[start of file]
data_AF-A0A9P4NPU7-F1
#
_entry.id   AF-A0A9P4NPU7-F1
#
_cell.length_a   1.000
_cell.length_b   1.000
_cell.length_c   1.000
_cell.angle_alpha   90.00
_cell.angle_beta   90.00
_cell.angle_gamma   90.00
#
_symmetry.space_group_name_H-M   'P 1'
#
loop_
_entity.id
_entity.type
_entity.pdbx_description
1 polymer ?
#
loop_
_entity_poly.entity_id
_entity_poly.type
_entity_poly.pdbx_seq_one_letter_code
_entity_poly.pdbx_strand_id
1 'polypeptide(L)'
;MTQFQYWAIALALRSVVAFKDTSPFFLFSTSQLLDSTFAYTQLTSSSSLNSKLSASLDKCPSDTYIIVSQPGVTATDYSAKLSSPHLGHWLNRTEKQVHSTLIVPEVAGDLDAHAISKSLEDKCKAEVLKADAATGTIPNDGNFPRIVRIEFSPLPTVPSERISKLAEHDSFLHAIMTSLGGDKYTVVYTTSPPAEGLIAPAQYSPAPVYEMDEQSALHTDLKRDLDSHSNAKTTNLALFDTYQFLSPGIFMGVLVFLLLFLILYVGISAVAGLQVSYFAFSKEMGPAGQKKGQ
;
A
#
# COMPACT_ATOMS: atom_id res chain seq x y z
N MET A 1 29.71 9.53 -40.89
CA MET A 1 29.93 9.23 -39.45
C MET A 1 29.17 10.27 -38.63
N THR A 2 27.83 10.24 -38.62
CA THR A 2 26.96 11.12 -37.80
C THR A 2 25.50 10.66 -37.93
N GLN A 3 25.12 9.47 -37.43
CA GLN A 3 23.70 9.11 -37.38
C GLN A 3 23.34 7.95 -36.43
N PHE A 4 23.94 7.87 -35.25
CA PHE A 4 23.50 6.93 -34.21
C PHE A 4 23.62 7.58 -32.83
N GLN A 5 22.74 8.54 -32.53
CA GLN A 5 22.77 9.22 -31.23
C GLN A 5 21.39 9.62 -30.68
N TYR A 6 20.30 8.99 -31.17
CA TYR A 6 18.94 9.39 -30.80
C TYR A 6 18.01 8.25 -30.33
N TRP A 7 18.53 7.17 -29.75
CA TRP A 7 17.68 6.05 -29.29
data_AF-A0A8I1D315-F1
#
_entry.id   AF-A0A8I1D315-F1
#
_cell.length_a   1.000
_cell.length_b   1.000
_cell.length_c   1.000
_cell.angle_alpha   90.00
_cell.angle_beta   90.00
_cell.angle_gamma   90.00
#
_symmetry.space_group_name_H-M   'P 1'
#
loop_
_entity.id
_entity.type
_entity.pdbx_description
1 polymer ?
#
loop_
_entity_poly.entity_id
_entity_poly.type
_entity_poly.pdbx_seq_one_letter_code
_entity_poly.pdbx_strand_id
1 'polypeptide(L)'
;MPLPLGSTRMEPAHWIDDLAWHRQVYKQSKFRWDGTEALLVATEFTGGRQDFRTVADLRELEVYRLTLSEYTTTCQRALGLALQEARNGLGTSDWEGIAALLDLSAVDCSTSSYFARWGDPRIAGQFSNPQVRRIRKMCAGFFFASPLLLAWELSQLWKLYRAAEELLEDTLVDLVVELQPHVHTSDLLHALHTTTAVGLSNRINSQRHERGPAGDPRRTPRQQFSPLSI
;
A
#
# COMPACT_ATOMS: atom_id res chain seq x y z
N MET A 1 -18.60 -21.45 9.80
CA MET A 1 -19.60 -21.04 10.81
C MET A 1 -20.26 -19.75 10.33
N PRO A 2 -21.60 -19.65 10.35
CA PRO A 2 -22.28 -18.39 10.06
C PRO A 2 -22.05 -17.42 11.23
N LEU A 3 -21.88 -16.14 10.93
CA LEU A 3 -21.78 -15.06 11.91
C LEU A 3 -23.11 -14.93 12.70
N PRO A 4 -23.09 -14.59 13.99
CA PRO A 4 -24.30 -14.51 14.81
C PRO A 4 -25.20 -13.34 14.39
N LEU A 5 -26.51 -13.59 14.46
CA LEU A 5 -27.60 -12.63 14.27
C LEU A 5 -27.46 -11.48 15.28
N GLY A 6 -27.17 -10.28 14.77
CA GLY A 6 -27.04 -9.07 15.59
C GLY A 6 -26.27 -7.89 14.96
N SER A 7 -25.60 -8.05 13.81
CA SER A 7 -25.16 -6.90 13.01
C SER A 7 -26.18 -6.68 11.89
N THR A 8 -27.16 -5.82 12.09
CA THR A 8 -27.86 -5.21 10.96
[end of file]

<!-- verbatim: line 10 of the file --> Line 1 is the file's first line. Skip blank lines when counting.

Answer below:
_cell.angle_gamma   90.00